From Principle to Practice: A User’s Guide to Do No Harm

October 2015 | Marshall Wallace

This book is a Guide for Users. The book is built to be used. Every pair of pages, front and back, go together. This book can be taken apart. Pull out any page and you will have a complete concept or set of concepts. Use it!


[ This is a slightly edited version of From Principle to Practice: A User’s Guide to Do No Harm as posted on All changes were made by CDA Collaborative Learning Projects. Most changes are minor language edits. ]

This Guide is built on the experience and learning of the many, many people around the world who use Do No Harm in their daily work. It also reflects the experiences and dilemmas of many would-be users who have, for a variety of reasons, found it difficult to apply Do No Harm as they want to.

Over several years, the Do No Harm Project has visited people around the world who are working with the Do No Harm approaches and tools – or trying to do so. We have listened to them, learned from them, and worked with them. This Guide emerged from this ongoing collaboration. Through these many users and would-be users, the Do No Harm Project has gathered what appears here.

This Guide is Do No Harm focused. It is truly a Users’ Guide, in that it both reflects how people find Do No Harm most useful, and it translates it into new approaches, tools, and techniques that others can pick up, learn, and use.

From all of these efforts, as our worldwide users tell us, the impacts of interventions are not only predictable, they are traceable and, most important, they can be improved. The users of Do No Harm, who are the real “authors” of this Guide, report on how they have been able to engage with the social dynamics of their environments in the ongoing processes of their work to ensure that harm is not unwittingly done. Moreover, they are able to engage the social dynamics so that the outcomes of their work are increasingly supportive of significant, positive, lasting change in their societies.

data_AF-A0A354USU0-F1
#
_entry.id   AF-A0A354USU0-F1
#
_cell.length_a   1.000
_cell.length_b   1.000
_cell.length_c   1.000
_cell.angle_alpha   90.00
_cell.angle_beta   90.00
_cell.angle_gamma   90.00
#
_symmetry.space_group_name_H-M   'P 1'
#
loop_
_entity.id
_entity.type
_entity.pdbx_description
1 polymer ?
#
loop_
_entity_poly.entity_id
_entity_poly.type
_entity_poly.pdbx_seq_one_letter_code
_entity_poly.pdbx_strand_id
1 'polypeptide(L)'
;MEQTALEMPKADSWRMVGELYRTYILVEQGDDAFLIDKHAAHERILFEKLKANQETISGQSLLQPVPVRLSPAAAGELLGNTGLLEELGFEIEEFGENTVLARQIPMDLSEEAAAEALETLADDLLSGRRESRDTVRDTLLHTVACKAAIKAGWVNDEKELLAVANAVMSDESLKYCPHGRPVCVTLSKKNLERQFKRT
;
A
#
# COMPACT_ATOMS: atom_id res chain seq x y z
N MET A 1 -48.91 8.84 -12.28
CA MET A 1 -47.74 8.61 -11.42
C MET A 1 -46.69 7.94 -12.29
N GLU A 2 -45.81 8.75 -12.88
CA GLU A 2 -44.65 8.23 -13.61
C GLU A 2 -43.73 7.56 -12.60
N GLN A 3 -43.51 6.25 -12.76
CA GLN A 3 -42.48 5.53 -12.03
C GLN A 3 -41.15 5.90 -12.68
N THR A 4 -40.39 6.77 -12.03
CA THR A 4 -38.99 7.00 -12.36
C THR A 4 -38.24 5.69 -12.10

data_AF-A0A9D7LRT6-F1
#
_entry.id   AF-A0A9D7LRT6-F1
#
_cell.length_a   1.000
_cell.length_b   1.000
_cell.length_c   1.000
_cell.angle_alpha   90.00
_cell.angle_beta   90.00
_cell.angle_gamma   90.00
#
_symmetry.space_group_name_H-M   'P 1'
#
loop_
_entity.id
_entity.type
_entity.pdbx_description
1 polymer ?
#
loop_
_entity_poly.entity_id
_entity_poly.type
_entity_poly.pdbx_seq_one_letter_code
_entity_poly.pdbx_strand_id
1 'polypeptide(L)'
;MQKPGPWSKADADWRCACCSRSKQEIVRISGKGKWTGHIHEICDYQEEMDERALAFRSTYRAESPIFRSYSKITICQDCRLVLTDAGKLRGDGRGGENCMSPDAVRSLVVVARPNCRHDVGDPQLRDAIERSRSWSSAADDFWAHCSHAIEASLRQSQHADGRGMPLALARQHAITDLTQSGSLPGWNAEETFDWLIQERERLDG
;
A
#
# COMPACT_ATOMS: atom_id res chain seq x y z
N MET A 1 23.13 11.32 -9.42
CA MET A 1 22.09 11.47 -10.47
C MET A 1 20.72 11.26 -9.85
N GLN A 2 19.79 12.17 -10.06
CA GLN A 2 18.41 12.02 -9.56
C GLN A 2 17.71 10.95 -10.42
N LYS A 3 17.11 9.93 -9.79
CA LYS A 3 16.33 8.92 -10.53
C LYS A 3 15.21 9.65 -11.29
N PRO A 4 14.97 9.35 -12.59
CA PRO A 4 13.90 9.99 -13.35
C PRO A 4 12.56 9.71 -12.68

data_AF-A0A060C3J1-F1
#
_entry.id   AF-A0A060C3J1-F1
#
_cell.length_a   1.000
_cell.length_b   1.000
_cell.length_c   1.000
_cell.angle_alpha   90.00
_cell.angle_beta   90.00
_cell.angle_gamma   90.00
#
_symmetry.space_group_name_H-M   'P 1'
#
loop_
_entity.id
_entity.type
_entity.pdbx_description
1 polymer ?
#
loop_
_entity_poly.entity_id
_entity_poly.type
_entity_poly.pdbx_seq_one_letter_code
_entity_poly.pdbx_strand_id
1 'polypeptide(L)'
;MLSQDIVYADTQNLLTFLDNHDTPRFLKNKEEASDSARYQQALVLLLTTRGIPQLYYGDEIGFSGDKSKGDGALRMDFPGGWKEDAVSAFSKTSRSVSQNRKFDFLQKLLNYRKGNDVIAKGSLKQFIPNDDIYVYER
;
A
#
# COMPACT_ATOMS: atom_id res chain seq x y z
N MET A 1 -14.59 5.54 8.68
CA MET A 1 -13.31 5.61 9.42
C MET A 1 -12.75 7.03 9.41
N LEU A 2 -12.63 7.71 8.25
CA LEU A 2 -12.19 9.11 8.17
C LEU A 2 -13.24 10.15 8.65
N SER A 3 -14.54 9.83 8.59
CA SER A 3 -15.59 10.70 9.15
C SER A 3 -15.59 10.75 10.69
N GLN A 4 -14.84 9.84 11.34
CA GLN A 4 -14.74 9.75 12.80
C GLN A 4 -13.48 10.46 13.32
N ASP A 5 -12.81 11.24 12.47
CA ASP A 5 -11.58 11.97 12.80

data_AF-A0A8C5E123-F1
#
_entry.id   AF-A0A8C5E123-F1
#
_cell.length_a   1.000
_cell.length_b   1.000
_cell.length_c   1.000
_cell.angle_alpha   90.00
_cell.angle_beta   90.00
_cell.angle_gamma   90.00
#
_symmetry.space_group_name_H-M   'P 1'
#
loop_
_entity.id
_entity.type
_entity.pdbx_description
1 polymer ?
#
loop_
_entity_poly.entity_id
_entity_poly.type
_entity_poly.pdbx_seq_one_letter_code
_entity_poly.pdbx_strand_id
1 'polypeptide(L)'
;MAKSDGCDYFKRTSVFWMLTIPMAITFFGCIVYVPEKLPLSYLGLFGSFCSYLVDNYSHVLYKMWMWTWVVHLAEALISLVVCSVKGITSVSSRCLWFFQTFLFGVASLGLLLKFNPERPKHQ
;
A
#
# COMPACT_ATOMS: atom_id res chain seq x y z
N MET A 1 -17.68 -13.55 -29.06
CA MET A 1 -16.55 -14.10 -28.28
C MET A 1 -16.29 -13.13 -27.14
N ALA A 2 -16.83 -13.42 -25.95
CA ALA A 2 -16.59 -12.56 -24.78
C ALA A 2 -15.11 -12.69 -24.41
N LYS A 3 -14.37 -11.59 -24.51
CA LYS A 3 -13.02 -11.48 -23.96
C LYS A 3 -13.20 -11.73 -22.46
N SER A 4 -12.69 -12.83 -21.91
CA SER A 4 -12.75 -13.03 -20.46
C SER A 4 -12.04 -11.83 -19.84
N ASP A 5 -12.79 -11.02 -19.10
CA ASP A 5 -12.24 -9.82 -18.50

This book exists only because tens of thousands of people have taken up and contributed to the concepts, ideas, techniques, and tools of Do No Harm. Do No Harm has been circulating around the NGO and international communities for 20 years. The changes in practice and policy from the early days are immense. I owe all of you a debt of thanks for teaching me so much about the world and about how great things are accomplished by dedicated, thoughtful people. You have made a difference. May this book continue to help you as you have helped so many others.

This book was made possible by the generous support of the Norwegian Ministry of Foreign Affairs, US Agency for International Development, and the UK Department for International Development for the Do No Harm Project at CDA Collaborative Learning Projects. Portions of this book are derived from Guidance Notes available from CDA.